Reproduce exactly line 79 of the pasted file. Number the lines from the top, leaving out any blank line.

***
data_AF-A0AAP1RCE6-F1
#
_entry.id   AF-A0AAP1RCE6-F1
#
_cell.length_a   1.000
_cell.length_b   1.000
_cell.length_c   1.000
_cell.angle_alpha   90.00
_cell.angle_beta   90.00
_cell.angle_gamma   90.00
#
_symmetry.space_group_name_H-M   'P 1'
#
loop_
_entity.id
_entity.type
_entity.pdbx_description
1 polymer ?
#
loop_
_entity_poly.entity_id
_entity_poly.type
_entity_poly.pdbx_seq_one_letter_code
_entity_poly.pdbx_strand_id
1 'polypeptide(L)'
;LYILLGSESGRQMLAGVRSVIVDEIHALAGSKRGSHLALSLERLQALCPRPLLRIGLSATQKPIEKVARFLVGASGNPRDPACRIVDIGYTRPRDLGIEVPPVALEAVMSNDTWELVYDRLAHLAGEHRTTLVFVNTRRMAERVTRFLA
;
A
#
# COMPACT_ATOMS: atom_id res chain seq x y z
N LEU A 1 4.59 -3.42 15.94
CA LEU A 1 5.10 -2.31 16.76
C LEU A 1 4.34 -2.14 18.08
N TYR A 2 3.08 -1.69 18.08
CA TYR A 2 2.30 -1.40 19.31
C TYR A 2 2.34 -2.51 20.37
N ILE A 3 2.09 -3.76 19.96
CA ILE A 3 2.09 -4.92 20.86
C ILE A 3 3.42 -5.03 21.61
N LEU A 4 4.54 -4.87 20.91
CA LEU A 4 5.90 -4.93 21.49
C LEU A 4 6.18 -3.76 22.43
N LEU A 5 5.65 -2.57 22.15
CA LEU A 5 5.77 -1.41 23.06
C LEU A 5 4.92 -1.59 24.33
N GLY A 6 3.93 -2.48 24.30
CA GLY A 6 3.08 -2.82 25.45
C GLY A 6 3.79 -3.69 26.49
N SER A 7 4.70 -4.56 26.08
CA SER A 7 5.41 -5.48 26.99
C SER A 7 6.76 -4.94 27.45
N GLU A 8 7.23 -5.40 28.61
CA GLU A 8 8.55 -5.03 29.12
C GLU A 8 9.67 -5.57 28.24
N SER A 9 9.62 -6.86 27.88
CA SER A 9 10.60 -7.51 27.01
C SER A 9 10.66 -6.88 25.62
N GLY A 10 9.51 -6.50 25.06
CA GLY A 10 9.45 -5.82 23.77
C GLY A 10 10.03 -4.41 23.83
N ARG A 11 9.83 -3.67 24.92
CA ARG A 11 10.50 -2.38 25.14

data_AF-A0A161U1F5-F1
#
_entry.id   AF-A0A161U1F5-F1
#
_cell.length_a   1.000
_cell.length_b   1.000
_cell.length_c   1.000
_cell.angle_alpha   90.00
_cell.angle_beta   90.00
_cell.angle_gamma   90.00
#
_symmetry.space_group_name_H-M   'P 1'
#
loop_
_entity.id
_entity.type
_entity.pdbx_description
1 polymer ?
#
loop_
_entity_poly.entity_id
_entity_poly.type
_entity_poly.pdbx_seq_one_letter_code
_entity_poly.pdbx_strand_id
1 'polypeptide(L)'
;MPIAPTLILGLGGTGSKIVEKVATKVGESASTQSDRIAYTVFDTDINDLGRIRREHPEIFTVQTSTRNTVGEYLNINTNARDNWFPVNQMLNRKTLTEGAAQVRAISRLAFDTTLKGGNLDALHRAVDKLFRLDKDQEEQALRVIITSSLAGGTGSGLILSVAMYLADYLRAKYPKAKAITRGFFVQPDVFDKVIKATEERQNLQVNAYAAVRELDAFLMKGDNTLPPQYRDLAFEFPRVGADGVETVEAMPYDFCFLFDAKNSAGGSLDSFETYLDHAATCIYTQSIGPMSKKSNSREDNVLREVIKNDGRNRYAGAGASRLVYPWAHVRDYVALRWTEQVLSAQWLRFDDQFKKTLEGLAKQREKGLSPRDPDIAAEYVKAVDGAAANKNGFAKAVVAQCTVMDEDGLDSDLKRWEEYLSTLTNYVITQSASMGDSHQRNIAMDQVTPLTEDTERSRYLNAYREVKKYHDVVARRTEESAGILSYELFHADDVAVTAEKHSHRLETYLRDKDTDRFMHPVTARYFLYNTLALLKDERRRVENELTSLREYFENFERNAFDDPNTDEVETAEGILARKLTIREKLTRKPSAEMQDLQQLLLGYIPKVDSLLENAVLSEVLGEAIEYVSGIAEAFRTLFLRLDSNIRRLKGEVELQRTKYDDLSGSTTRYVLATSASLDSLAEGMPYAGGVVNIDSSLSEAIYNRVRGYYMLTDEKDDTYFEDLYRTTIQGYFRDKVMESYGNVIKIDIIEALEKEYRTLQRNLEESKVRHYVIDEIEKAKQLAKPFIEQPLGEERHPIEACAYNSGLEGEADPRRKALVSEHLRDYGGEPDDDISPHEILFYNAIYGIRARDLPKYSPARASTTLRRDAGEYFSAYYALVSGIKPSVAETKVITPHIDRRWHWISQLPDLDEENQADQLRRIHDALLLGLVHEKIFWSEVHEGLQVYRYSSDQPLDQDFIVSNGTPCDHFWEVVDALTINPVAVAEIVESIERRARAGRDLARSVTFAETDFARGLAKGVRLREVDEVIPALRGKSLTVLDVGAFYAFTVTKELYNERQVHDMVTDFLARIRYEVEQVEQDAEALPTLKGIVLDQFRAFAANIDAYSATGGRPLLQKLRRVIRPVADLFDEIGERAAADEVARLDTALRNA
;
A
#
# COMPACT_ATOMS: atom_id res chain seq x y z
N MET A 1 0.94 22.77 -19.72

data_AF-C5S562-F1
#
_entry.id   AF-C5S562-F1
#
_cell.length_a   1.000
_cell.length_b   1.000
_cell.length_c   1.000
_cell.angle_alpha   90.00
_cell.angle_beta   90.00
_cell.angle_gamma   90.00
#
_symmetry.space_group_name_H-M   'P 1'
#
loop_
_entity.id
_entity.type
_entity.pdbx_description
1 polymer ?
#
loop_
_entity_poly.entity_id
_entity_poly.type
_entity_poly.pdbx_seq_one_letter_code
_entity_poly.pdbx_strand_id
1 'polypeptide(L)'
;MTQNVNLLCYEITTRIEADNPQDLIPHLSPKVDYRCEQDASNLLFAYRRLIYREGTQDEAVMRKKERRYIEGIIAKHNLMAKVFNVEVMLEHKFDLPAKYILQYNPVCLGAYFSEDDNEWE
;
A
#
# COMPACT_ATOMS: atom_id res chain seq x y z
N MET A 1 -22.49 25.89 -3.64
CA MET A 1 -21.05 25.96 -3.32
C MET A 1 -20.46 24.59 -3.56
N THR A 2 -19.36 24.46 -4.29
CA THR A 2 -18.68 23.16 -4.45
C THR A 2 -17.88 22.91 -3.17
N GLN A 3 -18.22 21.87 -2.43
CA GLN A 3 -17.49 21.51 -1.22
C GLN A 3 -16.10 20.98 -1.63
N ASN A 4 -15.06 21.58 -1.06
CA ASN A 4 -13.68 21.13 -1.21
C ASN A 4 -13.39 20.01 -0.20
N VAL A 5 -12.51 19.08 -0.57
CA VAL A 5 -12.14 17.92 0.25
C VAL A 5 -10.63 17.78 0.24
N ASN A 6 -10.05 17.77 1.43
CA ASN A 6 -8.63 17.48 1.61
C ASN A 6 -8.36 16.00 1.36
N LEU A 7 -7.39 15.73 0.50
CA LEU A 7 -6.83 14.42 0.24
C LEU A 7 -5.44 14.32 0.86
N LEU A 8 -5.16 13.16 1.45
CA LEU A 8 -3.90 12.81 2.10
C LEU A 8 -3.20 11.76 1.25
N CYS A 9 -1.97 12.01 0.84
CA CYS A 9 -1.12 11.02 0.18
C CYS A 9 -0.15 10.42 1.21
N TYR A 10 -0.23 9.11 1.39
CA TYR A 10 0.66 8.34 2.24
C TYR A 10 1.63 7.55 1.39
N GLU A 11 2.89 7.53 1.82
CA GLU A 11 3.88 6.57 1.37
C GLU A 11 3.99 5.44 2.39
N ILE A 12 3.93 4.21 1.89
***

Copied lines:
_entity.pdbx_description